Female Vermilion Flycatcher at her nest with one hatchling peeking out below. April 13, 2022. Canon R6, RF 100-500mm with 1.4x extender at 420 mm f/10, 1/4000 sec, ISO 5000.
Birds are born to do three things: Eat, don't get eaten (get lunch before you are lunch) and make more birds. Life is pretty simple. Mom will teach you everything you need to know (or it is stored in your DNA), no degrees required. So, come spring,
"making more birds" becomes the prime activity of most of the avian population. So, let's see how this plays out at one of my favorite county parks, Agua Caliente, on Roger Road, waaaaay out on the east side, east of Soldier Trail.
Stake out your spot and find a mate! A Pyrrhuloxia male defends his territory.
Canon R6, RF 100-500mm with 1.4x extender at 700 mm f/10, 1/4000 sec, ISO 3200.
Pyrrhuloxia are songbirds of the desert southwest and Mexico, closely related to the Northern Cardinal. During the breeding season, males are fiercely territorial.
Wednesday April 13th I drove into the Agua Caliente parking lot, parking on the east side, right next to the eastern stretch of Sonoran desert. To my right two spaces down was a small station wagon parked right next to the northern curb, and up against the low understory. A male Pyrrhuloxia was sitting on the car's outside right mirror, doing battle with his own image.
This car, and a nearby school bus, had parked close to the bushes where this male likely has a nest with his mate, and from his perspective, in his territory. As I watched, this male went back to his bushes, where I shot the images above and below. He is clearly looking around for any other males that might intrude into his territory.
He moved over to the school bus, suspicious of intruders around every corner.
Here we see him perched on the right outside convex mirror.
He hopped down and caught sight of his own image, an "intruder" he needed to drive away. He launches himself toward the mirror.
Showing his dominance he goes on the attack, eye to eye, beak to beak.
He makes himself as large as possible. "No bird is as big as I am, and no one is going to mess with me in my territory."
For the photo geeks: Canon R6, RF 100-500 mm lens with 1.4 extender at 420 mm, f/10 at 1/4000 sec, ISO 5000. This shot provides a good view of his tail and wing feathers. The convex mirror allows us to see the whole bird from a frontal perspective. The background was trees of the park, off in the distance creating a nice bokeh. I shot this series at about 12 frames/second.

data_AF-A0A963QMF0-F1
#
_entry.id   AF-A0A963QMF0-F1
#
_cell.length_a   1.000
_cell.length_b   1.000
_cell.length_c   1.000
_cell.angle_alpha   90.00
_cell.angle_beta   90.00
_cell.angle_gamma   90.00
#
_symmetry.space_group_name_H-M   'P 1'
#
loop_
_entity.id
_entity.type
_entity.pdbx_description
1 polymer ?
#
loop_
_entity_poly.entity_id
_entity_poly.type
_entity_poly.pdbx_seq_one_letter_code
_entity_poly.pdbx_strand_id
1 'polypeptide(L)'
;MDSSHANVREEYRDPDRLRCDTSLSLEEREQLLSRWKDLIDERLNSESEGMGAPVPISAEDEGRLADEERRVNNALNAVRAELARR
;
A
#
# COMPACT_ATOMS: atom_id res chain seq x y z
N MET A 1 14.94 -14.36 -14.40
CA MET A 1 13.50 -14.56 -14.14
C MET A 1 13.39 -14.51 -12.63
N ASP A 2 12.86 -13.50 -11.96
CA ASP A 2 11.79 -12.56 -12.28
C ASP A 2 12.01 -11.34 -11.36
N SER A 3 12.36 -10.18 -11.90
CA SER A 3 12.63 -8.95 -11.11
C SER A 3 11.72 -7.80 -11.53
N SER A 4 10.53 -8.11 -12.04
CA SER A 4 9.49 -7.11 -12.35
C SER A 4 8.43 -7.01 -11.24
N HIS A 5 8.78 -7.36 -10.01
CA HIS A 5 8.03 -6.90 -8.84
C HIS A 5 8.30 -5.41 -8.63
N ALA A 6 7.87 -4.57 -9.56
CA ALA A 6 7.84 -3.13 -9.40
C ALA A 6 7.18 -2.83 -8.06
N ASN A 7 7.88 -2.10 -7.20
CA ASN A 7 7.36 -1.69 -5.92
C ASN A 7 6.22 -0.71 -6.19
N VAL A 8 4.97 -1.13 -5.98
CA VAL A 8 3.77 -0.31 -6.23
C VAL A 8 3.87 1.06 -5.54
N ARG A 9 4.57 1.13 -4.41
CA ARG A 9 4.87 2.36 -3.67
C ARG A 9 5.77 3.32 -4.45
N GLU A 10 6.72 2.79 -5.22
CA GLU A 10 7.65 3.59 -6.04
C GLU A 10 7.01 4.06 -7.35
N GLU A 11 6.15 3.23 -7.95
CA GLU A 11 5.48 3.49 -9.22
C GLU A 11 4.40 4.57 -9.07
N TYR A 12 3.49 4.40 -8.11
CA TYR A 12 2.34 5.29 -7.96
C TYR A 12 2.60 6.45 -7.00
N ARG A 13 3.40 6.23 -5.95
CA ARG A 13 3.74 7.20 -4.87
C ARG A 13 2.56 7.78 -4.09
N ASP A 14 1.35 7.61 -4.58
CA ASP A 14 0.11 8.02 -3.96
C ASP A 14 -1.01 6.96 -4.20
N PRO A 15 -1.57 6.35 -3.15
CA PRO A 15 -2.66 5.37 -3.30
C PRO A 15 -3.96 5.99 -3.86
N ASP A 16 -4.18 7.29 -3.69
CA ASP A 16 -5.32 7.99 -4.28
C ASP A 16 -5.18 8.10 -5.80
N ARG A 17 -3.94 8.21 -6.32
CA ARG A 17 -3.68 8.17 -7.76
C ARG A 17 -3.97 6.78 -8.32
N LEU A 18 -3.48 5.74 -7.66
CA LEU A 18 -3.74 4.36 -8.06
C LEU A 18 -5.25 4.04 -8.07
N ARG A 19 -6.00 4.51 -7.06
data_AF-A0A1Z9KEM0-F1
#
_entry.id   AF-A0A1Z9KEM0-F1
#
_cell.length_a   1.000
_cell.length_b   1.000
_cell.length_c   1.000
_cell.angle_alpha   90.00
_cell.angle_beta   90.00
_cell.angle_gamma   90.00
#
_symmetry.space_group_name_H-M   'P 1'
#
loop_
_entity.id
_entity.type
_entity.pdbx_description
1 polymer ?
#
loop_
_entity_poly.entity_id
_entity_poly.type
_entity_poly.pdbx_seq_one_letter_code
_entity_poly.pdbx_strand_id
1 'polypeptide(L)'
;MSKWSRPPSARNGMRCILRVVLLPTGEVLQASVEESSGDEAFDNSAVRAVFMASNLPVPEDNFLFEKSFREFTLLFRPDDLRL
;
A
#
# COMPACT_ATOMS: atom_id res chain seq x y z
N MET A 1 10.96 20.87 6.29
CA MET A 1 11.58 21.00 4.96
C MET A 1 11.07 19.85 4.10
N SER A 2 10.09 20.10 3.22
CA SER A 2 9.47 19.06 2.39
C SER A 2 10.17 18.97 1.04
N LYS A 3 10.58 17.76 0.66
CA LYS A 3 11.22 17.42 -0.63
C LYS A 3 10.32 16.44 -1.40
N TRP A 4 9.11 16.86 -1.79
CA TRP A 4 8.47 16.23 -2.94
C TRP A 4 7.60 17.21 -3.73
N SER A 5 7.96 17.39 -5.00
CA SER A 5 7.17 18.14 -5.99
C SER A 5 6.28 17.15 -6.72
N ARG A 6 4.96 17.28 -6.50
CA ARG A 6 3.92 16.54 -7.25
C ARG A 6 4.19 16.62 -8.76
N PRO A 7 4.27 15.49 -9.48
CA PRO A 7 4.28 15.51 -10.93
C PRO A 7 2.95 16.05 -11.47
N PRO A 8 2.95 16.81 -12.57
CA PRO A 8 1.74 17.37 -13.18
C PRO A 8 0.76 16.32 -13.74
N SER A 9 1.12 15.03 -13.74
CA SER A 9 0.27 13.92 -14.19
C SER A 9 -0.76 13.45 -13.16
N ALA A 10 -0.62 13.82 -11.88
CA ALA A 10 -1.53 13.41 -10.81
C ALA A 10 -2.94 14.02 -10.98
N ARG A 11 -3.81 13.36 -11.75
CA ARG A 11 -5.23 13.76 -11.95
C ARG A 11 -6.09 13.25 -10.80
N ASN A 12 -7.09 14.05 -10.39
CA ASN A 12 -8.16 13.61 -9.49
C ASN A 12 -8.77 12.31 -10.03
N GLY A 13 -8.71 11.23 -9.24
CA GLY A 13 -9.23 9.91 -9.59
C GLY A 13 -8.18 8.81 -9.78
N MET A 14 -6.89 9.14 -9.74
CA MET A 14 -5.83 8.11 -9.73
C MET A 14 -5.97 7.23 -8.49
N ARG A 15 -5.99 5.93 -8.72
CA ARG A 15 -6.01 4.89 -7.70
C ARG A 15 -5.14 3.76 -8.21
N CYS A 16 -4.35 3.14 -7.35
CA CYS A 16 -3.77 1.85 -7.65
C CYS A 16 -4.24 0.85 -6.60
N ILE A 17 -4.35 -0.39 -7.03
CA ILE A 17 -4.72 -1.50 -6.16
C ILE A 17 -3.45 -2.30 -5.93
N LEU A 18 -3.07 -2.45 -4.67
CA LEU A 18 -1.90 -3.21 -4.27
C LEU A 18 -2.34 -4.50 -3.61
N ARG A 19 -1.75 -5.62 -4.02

Well, size alone didn't work, so he gets his feet out in front of him and attacks with his claws.
Foot to foot combat. "No one is tougher than I am."
"Whew, that was close!" He manages to scare away the intruder, and stands triumphant, at least for the time being, on top of the mirror.
"Hey there, you with the camera, DON'T EVEN THINK ABOUT IT!"
Our combatant eventually retired to his bush, in time both vehicles left, and peace was restored.
Note that this behavior is also observed in male and female Cardinals. See All About Birds: Northern Cardinals, under the heading Cool Facts. It may be more apparent to observers among the cardinals since they have a very wide range throughout North America, and live among human populations with a host of highly reflective surfaces. We can clearly see that the Pyrrhuloxia demonstrates the same behavior.
Vermilion Flycatcher nest low in a Mesquite: Progress . . . .
I have been following a Vermilion Flycatcher nest low in a mesquite tree at Agua Caliente since mid-March. The image above was captured on March 18th, showing the female building her nest, a long twig in her bill. The image directly below was shot on March 27th, 9 days later, showing the male feeding the female. It is quite likely she was sitting on a clutch of eggs at that time. This feeding behavior is typical of Vermilion pairs, allowing the female to spend as much time as possible on the nest.
Canon R6, RF 800mm, f/11, 1/2000 sec, ISO 4000.
Canon R6, RF 100-500mm with 1.4x extender at 420 mm f/10, 1/4000 sec, ISO 5000.
April 13th, the eggs have hatched, and mom is sitting above one of her hatchlings, head just evident above the edge of the nest.
Below, mom sits down to protect her chicks and keep them warm. On this day I spotted two heads in the nest, but there could be more.
When a Mom needs to get all her ducks in a row . . . literally!
Canon R6, RF 100-500mm with 1.4x extender, 631 mm, 1/500 sec., ISO 640.
If nature photography was ice hockey, Wednesday I would have scored a hat trick! A male Pyrrhuloxia deranged by hormones, a momma Vermilion keeping her chicks warm, and a female Mallard with six ducklings on the pond.
These fledglings need to be out and about to eat, but mom needs to keep them moving to avoid predators that would like nothing better than duck for dinner. She kept them moving, and also moved aggressively against other ducks.
In the image above four of the fledglings move quickly to keep up with mom. They are leaning forward and paddling furiously.
Below, paddling on, almost in a row . . . . .
That is all for now! Best wishes for a Happy Passover Holiday and a Happy Easter!
Henry Johnson, photographer and author of this site. For more detail, see About